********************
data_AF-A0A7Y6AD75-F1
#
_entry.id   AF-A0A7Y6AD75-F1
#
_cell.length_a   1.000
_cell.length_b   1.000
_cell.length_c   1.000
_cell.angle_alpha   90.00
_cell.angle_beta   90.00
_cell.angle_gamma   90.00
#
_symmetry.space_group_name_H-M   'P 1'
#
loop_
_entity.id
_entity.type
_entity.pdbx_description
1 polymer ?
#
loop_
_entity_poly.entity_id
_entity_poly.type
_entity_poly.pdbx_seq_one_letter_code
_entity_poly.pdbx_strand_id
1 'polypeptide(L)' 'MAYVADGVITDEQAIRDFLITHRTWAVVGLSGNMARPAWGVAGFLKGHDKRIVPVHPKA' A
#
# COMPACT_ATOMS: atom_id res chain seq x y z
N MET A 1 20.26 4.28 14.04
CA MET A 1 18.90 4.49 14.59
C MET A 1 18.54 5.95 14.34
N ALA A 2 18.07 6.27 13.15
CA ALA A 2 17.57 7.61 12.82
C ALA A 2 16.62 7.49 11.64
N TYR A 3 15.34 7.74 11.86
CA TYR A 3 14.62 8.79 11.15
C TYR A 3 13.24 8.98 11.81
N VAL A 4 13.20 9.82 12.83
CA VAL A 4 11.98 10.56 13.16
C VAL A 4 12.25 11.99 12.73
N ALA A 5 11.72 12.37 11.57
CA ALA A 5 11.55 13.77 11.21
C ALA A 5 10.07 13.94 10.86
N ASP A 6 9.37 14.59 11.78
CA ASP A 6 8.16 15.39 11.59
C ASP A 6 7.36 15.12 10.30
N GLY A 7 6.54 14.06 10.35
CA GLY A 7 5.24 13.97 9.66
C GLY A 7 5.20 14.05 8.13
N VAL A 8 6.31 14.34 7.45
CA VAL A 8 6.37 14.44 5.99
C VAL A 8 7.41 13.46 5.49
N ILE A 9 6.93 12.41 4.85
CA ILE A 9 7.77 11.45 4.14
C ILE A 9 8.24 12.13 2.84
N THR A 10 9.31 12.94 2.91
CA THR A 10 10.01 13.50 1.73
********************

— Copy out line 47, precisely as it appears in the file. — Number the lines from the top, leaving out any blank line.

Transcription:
CA GLY A 7 5.24 13.97 9.66